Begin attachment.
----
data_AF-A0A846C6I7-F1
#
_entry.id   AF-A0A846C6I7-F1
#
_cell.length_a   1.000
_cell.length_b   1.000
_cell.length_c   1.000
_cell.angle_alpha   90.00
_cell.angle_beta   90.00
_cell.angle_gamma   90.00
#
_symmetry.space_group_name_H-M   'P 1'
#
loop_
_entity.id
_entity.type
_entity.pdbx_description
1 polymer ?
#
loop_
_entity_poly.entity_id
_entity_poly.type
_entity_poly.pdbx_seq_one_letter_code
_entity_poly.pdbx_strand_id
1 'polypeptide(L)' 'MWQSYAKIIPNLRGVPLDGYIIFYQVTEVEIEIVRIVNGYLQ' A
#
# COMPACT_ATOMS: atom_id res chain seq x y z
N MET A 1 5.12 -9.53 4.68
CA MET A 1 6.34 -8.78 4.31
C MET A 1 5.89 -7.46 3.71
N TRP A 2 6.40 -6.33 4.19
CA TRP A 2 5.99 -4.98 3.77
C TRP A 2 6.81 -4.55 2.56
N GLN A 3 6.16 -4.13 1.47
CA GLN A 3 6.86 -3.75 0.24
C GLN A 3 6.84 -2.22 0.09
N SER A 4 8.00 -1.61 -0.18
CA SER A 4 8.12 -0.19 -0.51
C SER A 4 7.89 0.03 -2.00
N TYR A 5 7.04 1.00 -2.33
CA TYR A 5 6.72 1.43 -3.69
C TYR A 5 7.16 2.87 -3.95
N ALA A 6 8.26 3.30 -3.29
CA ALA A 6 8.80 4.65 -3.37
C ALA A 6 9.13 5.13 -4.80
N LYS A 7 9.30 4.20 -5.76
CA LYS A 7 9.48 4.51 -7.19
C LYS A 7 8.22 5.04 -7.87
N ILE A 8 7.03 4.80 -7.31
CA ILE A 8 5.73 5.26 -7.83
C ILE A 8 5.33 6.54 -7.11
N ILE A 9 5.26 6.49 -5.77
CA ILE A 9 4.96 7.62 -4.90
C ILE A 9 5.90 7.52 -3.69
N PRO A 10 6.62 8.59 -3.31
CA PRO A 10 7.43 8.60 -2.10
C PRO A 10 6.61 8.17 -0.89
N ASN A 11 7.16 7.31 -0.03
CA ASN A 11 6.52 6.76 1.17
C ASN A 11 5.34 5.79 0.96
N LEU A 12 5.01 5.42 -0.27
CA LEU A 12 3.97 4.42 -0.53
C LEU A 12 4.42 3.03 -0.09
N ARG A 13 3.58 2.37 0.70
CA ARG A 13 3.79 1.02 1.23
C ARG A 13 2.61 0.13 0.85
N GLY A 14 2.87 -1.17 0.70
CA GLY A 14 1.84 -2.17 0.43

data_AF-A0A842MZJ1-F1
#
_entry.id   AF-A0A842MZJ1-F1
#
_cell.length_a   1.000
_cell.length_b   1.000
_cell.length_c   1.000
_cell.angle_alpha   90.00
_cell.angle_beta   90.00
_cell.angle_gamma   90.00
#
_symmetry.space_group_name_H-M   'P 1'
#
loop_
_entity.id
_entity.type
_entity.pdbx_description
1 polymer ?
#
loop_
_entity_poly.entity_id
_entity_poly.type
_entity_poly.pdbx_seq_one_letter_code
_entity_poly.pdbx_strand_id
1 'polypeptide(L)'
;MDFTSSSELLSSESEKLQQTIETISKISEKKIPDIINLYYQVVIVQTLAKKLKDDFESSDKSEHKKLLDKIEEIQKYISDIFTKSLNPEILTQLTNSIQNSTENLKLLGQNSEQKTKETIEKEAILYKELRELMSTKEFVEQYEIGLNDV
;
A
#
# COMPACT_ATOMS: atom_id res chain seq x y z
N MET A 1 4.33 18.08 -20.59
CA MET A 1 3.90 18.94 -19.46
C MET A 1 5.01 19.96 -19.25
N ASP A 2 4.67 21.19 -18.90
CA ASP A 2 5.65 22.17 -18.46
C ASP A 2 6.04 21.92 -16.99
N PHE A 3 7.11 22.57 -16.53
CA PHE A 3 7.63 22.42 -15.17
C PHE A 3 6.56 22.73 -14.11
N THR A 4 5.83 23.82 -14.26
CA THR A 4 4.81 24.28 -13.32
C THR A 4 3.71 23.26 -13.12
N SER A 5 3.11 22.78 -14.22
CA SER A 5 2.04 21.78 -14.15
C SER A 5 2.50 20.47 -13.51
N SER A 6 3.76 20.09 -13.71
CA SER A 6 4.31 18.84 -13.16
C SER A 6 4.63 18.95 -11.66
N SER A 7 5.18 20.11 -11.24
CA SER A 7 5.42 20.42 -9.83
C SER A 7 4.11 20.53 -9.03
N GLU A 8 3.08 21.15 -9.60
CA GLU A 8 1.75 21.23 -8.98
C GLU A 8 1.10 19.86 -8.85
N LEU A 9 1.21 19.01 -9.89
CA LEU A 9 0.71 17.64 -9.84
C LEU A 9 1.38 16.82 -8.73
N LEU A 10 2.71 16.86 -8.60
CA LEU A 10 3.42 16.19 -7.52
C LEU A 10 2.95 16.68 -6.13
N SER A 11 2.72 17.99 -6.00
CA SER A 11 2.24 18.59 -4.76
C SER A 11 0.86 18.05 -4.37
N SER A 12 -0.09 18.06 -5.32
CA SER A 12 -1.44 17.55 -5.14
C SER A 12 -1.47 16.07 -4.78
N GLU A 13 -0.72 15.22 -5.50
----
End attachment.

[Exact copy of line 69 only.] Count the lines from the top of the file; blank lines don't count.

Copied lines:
data_AF-A0A842MZJ1-F1